The "cut-up technique" is a citation-based prosodic form developed by William Burroughs and Brion Gysin. An early example is the poem of poems, written in 1958 and published in 1961 in the International Literary Annual, in which Gysin combined fragments from the "Song of Solomon", Shakespeare's sonnets and T.S. Eliot's translations of "Anabasis" by St. John Perse. The result is a verbal collage based on the reading out of each text or the random mixing and rearranging of the fragments, up to a completely new combination. Burroughs had invented the term'cut-up' in 1959 after Gysin had randomly reassembled cut newspaper clippings. New movements were formed, such as the first cut-up movement from "Minutes to go":
"There seemed little doubt however that Mr Eisenhower said, "I weigh 56 pounds less than a man, flushed and nodded curtly. Asked whether he had a fair trial he looks inevitable and publishes: "My sex was an advantage. He boasted of a long string of past crimes highlighted by a total eclipse of however stood in his path when he redid her apartment.In 1966, this technique was again supported by audio tracks developed by Burroughs, Gysin and Ian Somerville, consisting of confusing permutations of just four phrases: "Yes, hello?", "Look at the picture", "Does it seem to go on? ", and "good. Thank you very much."
In German-speaking countries, authors such as Jürgen Ploog and Carl Weissner translated this tradition of cut-up as "Schnitt-Schreibweise" (cut-writing) and described it as follows: "The simplest form is to cut any two pages of your own or foreign text vertically & reassemble the four halves in reversed order. One now begins to read over the semantic fractions." (Ploog 1979, 108). Rolf-Dieter Brinkmann also adapted this form in his book of poems Westwärts 1 & 2: Gedichte, published a few days after his accidental death in London. Typical are Brinkmann's long, multi-stranded synchronous or surface poems, whose rows are divided into two or three columns. They consist of rhymeless verses, irregular rhythms, interspersed quotations (especially from American lyrics) and a large number of characters.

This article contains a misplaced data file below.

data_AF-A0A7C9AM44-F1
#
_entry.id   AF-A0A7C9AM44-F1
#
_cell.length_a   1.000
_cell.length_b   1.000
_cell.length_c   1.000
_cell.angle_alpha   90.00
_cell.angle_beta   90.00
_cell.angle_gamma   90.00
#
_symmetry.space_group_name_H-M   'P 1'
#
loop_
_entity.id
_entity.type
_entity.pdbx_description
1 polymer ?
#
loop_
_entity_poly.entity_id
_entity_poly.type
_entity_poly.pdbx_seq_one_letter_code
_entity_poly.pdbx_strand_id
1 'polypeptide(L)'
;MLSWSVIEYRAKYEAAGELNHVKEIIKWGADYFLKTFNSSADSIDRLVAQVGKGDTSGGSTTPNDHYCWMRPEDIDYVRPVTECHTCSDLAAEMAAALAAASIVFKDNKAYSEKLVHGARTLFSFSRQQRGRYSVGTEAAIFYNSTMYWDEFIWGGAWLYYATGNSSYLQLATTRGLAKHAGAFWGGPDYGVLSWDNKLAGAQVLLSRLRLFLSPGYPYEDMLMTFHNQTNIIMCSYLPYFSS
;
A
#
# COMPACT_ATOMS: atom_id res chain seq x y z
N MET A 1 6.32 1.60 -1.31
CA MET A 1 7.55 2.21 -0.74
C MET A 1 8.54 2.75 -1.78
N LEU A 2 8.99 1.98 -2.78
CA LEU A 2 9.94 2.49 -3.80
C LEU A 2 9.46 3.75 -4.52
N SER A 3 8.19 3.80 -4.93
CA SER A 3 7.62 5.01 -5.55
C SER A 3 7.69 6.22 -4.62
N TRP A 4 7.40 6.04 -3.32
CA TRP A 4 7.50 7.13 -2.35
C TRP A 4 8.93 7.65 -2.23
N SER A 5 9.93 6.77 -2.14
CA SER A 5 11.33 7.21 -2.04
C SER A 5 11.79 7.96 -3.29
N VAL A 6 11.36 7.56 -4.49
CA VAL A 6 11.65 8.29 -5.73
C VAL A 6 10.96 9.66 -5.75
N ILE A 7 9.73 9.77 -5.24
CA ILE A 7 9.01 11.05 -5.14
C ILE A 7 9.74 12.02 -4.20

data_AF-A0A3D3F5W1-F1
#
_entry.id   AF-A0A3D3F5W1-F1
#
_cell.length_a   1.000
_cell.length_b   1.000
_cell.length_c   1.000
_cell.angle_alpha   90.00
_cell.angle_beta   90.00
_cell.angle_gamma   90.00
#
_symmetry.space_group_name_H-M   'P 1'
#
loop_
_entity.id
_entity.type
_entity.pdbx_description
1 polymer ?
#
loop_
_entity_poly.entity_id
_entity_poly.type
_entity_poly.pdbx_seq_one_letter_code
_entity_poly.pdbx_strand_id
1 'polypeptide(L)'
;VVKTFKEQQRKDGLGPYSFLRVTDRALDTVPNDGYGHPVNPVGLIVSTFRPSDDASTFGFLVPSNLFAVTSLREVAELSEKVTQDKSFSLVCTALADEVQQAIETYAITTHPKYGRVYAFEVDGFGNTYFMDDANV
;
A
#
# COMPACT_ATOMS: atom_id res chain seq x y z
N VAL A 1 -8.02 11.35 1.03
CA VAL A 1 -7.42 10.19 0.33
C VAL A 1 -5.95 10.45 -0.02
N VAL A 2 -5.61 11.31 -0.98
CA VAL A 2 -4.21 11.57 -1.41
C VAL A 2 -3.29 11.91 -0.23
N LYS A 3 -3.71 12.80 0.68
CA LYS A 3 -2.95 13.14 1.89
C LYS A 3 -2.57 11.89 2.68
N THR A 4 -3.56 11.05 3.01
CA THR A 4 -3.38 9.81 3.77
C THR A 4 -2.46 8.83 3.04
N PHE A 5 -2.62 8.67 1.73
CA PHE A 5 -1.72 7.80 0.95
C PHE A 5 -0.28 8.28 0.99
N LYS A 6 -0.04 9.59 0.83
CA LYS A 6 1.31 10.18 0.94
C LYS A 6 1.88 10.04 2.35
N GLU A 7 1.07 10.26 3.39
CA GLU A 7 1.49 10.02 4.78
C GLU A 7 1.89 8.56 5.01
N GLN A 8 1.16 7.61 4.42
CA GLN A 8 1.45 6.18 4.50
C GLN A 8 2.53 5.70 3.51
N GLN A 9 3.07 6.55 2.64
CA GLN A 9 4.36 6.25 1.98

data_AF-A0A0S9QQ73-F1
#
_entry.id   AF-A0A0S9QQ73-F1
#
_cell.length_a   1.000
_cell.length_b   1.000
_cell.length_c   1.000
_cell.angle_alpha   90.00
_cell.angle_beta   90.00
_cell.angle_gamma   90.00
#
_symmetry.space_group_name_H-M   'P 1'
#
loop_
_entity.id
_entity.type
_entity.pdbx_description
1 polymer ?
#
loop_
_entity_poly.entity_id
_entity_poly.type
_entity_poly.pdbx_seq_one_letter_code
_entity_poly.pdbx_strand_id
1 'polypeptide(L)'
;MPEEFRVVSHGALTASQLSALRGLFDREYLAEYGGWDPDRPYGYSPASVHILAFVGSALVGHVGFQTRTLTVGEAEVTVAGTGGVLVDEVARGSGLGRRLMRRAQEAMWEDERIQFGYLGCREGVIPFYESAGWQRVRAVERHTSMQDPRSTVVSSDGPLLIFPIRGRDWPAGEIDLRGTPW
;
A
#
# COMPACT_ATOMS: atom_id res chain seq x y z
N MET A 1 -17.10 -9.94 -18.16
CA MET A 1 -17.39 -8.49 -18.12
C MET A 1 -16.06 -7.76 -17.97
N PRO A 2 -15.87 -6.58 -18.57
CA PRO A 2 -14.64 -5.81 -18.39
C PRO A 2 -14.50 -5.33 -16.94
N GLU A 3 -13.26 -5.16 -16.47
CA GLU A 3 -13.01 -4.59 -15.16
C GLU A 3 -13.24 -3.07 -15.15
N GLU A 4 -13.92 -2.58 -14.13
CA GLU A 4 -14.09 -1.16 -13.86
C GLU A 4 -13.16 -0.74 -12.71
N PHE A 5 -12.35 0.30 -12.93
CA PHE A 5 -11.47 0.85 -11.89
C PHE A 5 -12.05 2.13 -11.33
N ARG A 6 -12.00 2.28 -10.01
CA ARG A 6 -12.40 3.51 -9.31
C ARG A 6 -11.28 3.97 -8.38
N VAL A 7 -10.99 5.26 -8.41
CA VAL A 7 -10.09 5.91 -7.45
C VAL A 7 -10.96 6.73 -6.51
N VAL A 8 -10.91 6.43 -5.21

Paul Wührs poetry is also based on direct quotations and compositions of various historical and contemporary discourses, whereby Wühr refers to the limits of authorship by means of the intertextual references also in the sense of Michel Foucaultsimilar to Heiner Müller. Another impressive example are the idiolects of Ulf Stolterfohts,which consist completely of different technical languages or textbooks, for example on pig breeding, radio technology or geology. Stolterfoht uses set pieces from very different specialist literature, which is why it is impossible to draw the line between his own text and a foreign quotation in his poems.
In this context, the boundaries of dialogicity in the sense of Mikhail Bakhtin must also be considered: Max Czollek's poem an einen vorgeborenen (to an ancestor) which is engaged in a dialogue with Bertolt Brecht's An die Nachgeborenen is not a real cut-up, but rather such a dialogical form of intertextual reference. Far more modelled on the cut-up technique of Gysin and Burroughs, on the other hand, is the poem rätsel, kreuz, prozeß (puzzle, cross, process) by Michael Lentz, which breaks off words and sentences with similar rigour and cuts up found quotations.
Fahrer, Sigrid (2005): Cut-up: eine literarische Medienguerilla, Würzburg.
Ploog, Jürgen: Der Raum hinter den Worten. In: J. Gehret (Hrsg.), „Gegenkultur Heute. Die Alternativ–Bewegung von Woodstock bis Tunix“, Amsterdam 1979.
Weissner, Carl (Hg.): Cut-up. Der sezierte Bildschirm der Worte, Darmstadt 1969.